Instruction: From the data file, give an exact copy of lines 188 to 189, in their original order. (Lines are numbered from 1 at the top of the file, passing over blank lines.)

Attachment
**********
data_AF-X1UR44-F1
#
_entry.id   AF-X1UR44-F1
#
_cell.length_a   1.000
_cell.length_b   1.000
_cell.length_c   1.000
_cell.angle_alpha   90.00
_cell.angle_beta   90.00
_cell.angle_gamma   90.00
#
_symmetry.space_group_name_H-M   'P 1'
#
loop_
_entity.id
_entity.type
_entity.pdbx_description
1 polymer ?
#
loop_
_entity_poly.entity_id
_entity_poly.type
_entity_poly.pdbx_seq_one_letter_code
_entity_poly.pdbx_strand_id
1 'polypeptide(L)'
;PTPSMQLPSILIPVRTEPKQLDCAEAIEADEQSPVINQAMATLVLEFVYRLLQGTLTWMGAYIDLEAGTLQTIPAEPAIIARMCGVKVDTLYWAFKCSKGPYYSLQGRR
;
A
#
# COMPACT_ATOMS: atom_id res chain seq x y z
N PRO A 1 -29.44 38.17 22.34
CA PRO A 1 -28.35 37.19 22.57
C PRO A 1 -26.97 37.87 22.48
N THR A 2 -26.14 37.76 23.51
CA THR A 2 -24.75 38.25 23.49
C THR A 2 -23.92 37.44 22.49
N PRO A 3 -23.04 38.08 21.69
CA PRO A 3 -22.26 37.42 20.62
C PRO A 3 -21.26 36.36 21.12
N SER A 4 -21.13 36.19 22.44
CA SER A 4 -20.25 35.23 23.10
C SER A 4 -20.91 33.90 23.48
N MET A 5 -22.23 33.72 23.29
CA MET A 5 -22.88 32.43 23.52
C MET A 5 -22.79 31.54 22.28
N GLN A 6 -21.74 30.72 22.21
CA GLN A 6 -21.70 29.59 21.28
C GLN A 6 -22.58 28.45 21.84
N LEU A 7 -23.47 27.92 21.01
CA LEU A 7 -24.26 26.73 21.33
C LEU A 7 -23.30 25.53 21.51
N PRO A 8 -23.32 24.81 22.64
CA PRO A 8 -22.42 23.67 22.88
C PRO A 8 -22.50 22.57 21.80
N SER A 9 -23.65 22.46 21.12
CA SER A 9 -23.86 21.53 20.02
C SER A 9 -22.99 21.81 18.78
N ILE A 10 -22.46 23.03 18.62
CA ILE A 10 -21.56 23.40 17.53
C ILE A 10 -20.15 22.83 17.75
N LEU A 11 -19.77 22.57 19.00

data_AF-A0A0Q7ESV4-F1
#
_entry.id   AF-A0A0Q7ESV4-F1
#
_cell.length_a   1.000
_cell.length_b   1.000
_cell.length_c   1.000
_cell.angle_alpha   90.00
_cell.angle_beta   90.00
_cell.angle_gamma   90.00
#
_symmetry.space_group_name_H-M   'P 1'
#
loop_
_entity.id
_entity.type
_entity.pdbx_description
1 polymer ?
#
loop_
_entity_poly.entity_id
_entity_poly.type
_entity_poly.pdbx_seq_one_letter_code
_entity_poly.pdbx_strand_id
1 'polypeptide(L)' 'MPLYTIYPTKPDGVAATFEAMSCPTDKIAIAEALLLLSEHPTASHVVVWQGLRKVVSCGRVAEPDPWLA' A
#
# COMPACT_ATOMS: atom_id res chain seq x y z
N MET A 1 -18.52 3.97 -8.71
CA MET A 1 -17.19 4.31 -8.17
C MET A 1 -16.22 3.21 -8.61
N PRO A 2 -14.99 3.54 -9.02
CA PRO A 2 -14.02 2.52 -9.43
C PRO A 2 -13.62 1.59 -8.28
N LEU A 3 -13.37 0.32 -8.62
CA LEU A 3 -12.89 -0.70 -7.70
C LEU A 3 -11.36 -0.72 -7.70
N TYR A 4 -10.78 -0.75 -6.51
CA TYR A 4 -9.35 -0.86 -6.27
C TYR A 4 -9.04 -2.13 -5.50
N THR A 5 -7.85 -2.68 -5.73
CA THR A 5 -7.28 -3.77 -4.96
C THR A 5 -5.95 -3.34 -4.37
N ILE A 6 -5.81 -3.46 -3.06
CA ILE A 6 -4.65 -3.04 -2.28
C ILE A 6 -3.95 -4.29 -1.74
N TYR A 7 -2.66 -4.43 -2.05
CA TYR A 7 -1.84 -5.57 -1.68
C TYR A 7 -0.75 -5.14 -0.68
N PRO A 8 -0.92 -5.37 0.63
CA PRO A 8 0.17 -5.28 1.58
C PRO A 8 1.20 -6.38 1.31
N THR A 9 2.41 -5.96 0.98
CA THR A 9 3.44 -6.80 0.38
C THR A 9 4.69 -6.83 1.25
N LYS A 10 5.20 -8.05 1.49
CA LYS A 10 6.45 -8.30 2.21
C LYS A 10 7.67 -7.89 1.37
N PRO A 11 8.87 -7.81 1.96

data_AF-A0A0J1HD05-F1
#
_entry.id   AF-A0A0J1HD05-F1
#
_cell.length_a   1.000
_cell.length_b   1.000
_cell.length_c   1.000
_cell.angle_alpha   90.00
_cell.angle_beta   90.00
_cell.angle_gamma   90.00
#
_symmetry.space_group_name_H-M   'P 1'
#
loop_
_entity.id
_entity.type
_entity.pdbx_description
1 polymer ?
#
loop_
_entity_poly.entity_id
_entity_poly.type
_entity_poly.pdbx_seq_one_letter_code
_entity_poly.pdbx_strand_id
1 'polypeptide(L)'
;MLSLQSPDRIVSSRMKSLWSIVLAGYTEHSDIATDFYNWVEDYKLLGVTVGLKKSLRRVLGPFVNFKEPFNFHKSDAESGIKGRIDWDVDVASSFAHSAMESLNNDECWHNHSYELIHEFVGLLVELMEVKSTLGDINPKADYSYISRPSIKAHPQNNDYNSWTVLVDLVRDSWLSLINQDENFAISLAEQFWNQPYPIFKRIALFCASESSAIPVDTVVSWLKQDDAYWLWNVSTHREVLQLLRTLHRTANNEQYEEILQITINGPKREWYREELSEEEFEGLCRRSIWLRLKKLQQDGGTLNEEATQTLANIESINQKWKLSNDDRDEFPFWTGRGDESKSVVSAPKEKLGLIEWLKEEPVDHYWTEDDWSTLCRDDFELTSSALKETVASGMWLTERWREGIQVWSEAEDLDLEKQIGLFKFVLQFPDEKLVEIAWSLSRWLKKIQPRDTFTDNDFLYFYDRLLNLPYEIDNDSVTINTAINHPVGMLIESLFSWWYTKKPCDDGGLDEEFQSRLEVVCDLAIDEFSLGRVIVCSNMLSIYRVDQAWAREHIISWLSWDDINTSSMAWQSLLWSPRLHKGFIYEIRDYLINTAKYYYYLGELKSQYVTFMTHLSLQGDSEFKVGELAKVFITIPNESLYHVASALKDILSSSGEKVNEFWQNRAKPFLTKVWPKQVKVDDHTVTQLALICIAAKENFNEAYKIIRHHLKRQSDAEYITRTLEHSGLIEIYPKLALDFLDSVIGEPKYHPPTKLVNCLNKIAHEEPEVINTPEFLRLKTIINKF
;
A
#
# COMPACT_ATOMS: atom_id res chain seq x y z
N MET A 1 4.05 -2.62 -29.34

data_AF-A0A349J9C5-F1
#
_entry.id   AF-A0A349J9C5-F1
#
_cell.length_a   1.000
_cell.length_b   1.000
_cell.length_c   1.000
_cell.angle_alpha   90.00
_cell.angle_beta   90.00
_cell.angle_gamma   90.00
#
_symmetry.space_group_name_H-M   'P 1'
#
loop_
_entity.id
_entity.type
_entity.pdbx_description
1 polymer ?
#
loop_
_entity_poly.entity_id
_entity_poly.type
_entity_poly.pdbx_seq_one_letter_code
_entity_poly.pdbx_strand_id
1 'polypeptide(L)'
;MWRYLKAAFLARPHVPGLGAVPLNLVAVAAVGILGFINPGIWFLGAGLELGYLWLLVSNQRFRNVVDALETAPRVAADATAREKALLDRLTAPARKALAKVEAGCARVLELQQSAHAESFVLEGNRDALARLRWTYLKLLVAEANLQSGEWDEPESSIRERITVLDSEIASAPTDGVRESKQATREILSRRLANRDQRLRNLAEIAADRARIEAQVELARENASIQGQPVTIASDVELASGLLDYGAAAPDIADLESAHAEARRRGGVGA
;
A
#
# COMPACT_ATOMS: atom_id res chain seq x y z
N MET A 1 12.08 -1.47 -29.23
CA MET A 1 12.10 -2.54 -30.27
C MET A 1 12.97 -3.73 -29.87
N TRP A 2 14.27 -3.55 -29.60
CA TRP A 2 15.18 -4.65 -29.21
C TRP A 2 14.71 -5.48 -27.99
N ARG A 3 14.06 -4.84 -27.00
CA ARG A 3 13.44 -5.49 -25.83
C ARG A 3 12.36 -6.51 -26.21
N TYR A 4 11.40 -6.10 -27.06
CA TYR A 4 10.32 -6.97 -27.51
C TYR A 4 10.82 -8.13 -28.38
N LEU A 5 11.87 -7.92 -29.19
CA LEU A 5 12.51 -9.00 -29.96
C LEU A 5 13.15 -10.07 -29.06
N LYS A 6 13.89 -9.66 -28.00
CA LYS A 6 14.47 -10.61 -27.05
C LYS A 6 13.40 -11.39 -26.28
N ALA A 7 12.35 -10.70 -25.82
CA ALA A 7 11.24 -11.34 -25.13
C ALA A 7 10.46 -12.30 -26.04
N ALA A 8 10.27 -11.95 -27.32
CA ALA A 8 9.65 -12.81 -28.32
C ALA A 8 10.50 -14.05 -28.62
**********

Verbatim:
CA ARG A 3 13.44 -5.49 -25.83
C ARG A 3 12.36 -6.51 -26.21